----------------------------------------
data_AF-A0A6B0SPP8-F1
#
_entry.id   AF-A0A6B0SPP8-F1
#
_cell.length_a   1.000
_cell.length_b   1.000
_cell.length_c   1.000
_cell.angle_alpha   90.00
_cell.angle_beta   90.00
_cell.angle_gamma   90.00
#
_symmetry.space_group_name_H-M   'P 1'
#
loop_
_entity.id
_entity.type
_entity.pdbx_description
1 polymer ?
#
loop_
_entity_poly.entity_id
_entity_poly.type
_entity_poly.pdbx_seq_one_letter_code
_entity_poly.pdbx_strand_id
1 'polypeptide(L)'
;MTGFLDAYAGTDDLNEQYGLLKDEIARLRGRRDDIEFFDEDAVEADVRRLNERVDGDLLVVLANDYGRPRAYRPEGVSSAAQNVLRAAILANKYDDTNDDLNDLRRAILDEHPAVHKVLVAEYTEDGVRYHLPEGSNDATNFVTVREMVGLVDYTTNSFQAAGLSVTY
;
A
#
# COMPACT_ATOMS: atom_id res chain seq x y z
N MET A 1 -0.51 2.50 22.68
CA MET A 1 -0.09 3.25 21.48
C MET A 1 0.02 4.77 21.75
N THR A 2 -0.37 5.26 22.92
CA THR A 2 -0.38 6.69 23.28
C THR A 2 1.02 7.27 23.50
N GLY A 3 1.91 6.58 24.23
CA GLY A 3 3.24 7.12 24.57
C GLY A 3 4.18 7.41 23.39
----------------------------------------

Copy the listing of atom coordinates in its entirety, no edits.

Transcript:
data_AF-A0A6B0SPP8-F1
#
_entry.id   AF-A0A6B0SPP8-F1
#
_cell.length_a   1.000
_cell.length_b   1.000
_cell.length_c   1.000
_cell.angle_alpha   90.00
_cell.angle_beta   90.00
_cell.angle_gamma   90.00
#
_symmetry.space_group_name_H-M   'P 1'
#
loop_
_entity.id
_entity.type
_entity.pdbx_description
1 polymer ?
#
loop_
_entity_poly.entity_id
_entity_poly.type
_entity_poly.pdbx_seq_one_letter_code
_entity_poly.pdbx_strand_id
1 'polypeptide(L)'
;MTGFLDAYAGTDDLNEQYGLLKDEIARLRGRRDDIEFFDEDAVEADVRRLNERVDGDLLVVLANDYGRPRAYRPEGVSSAAQNVLRAAILANKYDDTNDDLNDLRRAILDEHPAVHKVLVAEYTEDGVRYHLPEGSNDATNFVTVREMVGLVDYTTNSFQAAGLSVTY
;
A
#
# COMPACT_ATOMS: atom_id res chain seq x y z
N MET A 1 -0.51 2.50 22.68
CA MET A 1 -0.09 3.25 21.48
C MET A 1 0.02 4.77 21.75
N THR A 2 -0.37 5.26 22.92
CA THR A 2 -0.38 6.69 23.28
C THR A 2 1.02 7.27 23.50
N GLY A 3 1.91 6.58 24.23
CA GLY A 3 3.24 7.12 24.57
C GLY A 3 4.18 7.41 23.39